The State Lands Restoration and Enhancement category provides funding to two state agencies to help repair damaged plant and animal habitat. These grants focus on resource preservation and protection of public lands. Projects in this category help bring important natural areas and resources back to their original functions by improving the self sustaining and ecological functionality of sites.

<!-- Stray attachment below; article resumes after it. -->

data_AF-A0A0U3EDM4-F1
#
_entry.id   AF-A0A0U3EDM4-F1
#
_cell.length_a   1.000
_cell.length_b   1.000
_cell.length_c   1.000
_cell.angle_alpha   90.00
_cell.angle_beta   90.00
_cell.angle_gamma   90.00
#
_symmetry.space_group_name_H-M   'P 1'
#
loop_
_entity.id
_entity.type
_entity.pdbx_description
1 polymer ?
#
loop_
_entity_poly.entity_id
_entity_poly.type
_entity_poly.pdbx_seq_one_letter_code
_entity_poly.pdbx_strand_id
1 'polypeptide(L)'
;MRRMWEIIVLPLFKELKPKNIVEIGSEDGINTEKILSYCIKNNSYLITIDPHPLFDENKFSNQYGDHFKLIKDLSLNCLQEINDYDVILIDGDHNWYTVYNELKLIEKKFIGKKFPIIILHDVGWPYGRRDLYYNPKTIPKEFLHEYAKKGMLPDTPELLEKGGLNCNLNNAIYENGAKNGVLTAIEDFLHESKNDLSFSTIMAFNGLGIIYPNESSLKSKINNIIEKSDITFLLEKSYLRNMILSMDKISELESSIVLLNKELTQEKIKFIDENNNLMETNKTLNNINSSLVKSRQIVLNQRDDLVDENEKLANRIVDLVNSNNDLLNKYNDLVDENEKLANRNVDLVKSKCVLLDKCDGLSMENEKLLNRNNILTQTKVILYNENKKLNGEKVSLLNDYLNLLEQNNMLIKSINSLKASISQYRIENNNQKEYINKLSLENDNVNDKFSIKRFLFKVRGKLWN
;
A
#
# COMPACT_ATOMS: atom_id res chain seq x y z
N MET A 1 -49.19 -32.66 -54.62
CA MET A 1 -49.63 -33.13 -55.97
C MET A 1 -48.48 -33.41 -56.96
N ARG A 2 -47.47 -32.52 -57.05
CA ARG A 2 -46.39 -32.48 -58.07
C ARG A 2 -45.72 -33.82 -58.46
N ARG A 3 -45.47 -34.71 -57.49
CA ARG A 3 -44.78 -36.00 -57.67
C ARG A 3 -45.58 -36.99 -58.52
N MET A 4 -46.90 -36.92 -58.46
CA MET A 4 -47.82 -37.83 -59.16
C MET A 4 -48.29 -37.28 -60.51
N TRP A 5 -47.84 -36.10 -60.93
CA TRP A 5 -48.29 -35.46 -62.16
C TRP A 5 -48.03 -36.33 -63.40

State Parks will use this grant to restore habitat for the sand-verbena moth by reducing invasive plants, increasing the abundance of sand-verbena, and redirecting recreational users away from critical habitat. The work is designed to restore habitat for the sand-verbena moth, a critically imperiled species known to live in fewer than 11 locations in North America, two of which are Fort Worden State Park and Deception Pass State Park. The sand-verbena moth only occurs in sand dune habitats with relatively high cover of yellow sand-verbena and few exotic plant species. Surveys suggest the moth populations in the two state parks are harmed by an increase in exotic plants and, potentially, trampling of sand-verbena. Trails through the restoration area will give the public an excellent opportunity to observe rare native species and communities and keep them from trampling the plants. State Parks will contribute $44,340 in a federal grant.